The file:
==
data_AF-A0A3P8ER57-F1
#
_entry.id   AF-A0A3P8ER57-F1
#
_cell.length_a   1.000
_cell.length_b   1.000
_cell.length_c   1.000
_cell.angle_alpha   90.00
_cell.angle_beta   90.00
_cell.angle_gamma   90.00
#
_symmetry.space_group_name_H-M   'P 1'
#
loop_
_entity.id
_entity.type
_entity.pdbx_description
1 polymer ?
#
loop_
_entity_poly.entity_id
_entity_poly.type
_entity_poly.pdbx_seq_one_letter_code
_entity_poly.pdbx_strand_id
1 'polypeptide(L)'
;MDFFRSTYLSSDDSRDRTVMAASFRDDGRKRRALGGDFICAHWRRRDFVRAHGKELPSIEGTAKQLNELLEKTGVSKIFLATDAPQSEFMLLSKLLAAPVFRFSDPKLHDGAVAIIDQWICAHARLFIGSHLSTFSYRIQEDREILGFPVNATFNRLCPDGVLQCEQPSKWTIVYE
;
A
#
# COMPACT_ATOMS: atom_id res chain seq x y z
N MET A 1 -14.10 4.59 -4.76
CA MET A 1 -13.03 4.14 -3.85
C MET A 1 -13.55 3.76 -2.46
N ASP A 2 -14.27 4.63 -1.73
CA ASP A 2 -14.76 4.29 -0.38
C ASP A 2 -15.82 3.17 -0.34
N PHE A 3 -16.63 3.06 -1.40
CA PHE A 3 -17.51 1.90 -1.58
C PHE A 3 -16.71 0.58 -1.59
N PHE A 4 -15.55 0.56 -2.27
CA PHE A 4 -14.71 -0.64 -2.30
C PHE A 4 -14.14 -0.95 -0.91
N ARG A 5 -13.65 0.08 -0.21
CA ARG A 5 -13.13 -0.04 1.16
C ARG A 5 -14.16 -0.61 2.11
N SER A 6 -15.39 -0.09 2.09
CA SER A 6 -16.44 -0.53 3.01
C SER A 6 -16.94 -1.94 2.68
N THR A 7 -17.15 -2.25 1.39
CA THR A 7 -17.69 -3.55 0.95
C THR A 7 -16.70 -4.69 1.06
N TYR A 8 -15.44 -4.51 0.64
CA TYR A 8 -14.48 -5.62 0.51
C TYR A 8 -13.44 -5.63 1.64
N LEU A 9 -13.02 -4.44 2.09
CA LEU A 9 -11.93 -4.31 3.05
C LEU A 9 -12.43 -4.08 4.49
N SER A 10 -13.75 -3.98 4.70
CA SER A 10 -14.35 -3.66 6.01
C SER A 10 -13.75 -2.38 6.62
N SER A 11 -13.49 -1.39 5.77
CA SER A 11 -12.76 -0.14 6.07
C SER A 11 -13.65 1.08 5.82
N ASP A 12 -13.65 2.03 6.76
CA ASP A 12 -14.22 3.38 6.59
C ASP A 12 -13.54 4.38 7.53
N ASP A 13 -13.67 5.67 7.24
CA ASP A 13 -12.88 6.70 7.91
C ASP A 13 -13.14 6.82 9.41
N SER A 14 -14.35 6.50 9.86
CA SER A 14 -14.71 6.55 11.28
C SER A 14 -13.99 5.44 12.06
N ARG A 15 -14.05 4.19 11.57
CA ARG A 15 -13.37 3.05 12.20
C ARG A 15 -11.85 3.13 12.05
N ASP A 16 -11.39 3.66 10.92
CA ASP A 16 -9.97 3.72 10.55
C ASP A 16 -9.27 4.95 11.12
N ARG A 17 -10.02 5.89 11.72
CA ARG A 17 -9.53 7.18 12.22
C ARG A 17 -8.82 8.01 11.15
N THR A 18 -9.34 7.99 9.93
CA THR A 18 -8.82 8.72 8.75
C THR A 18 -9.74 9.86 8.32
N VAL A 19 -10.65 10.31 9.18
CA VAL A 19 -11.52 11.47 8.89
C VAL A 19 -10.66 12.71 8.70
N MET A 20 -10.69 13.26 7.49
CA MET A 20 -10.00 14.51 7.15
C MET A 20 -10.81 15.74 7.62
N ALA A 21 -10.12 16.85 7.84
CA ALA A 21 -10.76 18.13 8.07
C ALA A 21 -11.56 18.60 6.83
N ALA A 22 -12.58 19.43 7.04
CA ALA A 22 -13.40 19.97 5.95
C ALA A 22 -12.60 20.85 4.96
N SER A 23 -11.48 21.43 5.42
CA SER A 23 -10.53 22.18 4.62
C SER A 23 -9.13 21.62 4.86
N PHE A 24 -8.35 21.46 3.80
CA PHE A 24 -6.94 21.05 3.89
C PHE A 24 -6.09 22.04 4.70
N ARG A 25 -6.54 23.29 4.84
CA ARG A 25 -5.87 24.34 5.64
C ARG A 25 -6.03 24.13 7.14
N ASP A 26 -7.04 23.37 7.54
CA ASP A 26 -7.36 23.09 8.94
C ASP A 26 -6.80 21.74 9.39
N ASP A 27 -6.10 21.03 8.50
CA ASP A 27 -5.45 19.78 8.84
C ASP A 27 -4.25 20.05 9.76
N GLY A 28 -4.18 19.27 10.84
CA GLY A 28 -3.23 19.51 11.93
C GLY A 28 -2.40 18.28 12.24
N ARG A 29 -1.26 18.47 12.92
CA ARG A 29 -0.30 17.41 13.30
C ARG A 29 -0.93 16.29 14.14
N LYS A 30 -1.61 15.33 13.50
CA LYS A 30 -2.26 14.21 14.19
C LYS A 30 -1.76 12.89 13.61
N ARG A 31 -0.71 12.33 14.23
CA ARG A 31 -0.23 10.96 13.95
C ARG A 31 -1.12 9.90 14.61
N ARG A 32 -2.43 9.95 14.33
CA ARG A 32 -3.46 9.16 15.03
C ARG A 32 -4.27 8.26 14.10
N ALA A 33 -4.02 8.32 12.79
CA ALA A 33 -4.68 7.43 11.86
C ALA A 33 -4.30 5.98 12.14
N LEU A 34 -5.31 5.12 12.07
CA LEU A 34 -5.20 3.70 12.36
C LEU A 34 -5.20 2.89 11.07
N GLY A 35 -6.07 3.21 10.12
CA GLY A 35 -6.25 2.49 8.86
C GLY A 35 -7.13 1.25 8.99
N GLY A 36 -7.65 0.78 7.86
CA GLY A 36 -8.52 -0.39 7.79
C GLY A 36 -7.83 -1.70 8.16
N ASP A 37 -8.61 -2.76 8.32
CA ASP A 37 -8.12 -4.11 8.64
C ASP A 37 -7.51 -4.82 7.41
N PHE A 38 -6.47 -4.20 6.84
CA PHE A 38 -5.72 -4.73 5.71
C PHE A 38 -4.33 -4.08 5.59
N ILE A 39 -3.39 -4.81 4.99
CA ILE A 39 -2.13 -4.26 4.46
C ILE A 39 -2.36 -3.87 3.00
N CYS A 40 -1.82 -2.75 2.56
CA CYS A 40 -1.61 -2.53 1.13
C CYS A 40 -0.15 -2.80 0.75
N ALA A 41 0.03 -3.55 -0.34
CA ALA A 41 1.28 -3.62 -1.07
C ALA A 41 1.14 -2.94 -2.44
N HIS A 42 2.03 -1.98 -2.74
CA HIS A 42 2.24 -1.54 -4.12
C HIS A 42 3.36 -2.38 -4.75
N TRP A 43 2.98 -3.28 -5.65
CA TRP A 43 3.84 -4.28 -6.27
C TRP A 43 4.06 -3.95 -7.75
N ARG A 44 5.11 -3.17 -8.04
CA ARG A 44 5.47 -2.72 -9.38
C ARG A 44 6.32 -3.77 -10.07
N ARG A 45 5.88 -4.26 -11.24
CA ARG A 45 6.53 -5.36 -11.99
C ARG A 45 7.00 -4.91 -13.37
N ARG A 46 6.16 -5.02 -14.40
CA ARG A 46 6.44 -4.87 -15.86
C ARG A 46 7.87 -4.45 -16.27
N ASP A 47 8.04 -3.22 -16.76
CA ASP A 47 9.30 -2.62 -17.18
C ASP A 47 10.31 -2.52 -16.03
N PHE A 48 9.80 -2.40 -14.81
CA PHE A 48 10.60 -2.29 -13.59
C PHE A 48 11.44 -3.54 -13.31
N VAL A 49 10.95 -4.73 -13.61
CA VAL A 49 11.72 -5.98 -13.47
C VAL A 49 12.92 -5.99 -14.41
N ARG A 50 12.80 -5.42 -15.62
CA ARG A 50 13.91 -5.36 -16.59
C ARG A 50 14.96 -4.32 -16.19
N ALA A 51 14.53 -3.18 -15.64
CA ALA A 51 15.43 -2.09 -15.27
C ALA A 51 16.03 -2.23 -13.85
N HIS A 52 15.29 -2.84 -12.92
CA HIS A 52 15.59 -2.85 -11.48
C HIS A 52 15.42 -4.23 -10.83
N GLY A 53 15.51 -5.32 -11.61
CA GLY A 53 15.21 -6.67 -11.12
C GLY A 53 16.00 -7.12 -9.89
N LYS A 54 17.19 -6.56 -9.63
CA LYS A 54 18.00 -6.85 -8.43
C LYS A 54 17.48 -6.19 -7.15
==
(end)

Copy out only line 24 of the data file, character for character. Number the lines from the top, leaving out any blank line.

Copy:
_entity_poly.pdbx_strand_id